Issues, such as the algal bloom on Lake Erie, can be traced to many sources including aging septic systems, municipal sewer overflows and farm runoff.
To do our part, Ohio Farm Bureau is taking several steps, including helping all qualifying farmers in the Western Lake Erie Basin obtain certification in environmentally sound methods of applying fertilizer by Earth Day 2015. Further, Farm Bureau will help farmers in the watershed create nutrient management plans, which detail responsible fertilizer use, by Earth Day 2016.
What other steps have Ohio Farm Bureau, other agricultural groups and farmers taken to address water quality issues?
• Farmers are investing tens of millions of dollars of their own money in establishing conservation practices on their farms. Hundreds of thousands of acres across Ohio have been voluntarily enrolled in conservation programs.
• Ohio State University is investing $1 million in a Field to Faucet initiative to find solutions to algal blooms and water quality issues.
• Farm Bureau supported passage of Senate Bill 150, which requires fertilizer applicators to be certified.
• In collaboration with the Ohio Soybean Council, Ohio Corn Marketing Program and Ohio Small Grains Marketing Program, farm groups invested more than $1 million for on-farm, edge-of-field research to seek solutions to runoff problems. Ohio State University, in cooperation with the U.S. Department of Agriculture, is conducting the three-year project.
• Farm Bureau is backing the Healthy Water Ohio initiative, which brings together a diverse group of stakeholders from conservation, business and industry, universities, water suppliers, agriculture and others to develop a 20- to 30-year comprehensive sustainable water resources management plan.
• Farm organizations are promoting the 4-R Nutrient Stewardship program and other conservation practices such as filter strips and no till or reduced tillage and are encouraging farmers to use soil tests, which help identify the appropriate amount of fertilizer needed for their farms.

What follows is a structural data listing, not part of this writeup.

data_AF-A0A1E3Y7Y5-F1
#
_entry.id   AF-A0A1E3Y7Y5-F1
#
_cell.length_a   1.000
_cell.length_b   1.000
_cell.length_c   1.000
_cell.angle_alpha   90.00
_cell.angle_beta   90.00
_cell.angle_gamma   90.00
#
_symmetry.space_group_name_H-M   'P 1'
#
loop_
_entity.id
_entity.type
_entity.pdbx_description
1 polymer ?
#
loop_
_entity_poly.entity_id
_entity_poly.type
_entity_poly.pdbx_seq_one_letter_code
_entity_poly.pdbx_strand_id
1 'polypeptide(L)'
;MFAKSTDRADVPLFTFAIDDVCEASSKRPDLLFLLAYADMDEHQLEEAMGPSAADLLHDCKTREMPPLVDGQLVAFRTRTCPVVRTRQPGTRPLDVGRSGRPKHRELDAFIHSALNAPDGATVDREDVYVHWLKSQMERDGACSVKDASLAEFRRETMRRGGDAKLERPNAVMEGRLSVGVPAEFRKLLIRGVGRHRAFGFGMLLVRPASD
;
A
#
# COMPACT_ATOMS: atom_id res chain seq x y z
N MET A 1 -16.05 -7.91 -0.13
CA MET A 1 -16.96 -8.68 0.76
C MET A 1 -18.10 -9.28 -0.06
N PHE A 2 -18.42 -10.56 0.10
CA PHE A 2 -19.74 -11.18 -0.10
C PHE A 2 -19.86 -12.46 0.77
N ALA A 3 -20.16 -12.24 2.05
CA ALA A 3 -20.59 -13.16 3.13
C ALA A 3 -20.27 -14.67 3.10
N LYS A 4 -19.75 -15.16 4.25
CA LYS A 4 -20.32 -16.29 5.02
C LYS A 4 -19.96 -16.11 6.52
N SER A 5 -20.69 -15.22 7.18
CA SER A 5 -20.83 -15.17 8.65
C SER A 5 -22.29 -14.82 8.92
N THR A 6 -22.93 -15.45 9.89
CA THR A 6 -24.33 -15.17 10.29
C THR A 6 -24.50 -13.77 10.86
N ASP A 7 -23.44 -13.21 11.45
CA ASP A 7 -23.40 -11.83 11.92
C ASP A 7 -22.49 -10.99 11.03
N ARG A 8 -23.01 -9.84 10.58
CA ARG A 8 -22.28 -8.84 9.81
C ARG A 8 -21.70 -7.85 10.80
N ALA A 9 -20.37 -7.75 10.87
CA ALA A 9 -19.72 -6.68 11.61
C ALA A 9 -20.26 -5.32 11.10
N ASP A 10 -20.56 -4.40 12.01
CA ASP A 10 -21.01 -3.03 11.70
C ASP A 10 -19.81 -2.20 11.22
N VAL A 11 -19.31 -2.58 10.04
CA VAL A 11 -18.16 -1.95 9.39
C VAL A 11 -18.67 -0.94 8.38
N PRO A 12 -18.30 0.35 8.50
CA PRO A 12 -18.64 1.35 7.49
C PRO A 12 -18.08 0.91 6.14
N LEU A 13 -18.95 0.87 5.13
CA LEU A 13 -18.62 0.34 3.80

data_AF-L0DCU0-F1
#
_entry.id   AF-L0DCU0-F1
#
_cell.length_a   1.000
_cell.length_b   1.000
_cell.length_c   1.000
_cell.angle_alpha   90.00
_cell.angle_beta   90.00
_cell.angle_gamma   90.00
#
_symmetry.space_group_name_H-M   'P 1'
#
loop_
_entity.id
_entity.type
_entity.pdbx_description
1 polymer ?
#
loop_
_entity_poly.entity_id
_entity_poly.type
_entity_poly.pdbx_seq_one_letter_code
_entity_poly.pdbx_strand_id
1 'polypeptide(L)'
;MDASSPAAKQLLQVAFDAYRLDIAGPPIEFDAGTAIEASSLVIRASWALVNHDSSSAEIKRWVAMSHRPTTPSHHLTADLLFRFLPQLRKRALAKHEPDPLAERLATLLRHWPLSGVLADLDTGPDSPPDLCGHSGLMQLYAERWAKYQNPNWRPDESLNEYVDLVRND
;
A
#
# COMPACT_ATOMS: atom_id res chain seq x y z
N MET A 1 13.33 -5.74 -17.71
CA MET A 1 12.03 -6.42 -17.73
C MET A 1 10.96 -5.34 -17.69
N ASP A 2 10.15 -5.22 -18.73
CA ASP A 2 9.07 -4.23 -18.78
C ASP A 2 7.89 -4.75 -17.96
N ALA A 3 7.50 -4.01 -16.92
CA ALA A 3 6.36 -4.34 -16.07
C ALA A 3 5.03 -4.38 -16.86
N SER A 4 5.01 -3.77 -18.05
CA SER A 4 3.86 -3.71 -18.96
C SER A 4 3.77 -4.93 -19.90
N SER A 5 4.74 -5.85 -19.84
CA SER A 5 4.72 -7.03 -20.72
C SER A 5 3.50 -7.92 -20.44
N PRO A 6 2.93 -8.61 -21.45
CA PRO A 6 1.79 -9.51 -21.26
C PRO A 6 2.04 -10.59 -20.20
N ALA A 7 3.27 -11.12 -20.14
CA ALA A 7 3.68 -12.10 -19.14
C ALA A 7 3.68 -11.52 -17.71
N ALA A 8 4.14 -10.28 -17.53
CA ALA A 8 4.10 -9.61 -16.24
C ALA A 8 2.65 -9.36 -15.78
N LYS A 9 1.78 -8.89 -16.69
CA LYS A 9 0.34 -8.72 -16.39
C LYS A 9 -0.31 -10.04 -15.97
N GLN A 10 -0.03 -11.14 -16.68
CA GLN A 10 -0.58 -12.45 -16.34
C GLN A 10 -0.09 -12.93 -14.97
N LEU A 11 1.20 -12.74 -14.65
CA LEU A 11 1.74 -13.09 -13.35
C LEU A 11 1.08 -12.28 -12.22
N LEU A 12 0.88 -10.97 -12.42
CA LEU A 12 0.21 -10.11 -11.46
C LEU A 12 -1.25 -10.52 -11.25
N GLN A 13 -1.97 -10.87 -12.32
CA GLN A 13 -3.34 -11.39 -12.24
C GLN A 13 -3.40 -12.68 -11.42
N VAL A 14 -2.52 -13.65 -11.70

• 4,421 farmers attended 163 water quality training sessions held by Ohio State University Extension.
• Farm Bureau supported a Great Lakes Restoration Initiative grant that led to a reduction of more than 180,000 pounds of phosphorus fertilizer across 8,653 acres.
• Farm Bureau supported the Regional Conservation Partnership Program, a federal program grant that promotes coordination between U.S. Department of Agriculture’s Natural Resources Conservation Service and its partners to deliver conservation assistance to farmers.
• Farm Bureau successfully petitioned to have state funding retained for Heidelberg University’s National Center of Water Quality Research and Ohio State University’s Sea Grant, which are studying the Great Lakes and water quality issues.
Ohio State partnering in water quality solutions
Ohio State University’s College of Food, Agricultural and Environmental Sciences also has announced a wide-ranging water quality initiative, called Field to Faucet, that will seek end-to-end solutions to hazardous algal blooms and water quality issues.
“Ohio State University, with its comprehensive capacity, is well positioned to lead the way in providing answers,” said Bruce McPheron, Ohio State’s vice president for agricultural administration and dean for the College of Food, Agricultural and Environmental Sciences. “But we don’t feel tackling this alone is sufficient, and it’s clear there are other pockets of excellence. We’re putting in the $1 million to get the effort off the ground, and we’ll continue to look for partnerships to leverage that.”
Discussions have taken place with the University of Toledo, Bowling Green State University, Heidelberg University, Central State University, Kent State University and Case Western Reserve University within Ohio, as well as Michigan State University, Purdue University, the University of Michigan and Pennsylvania State University.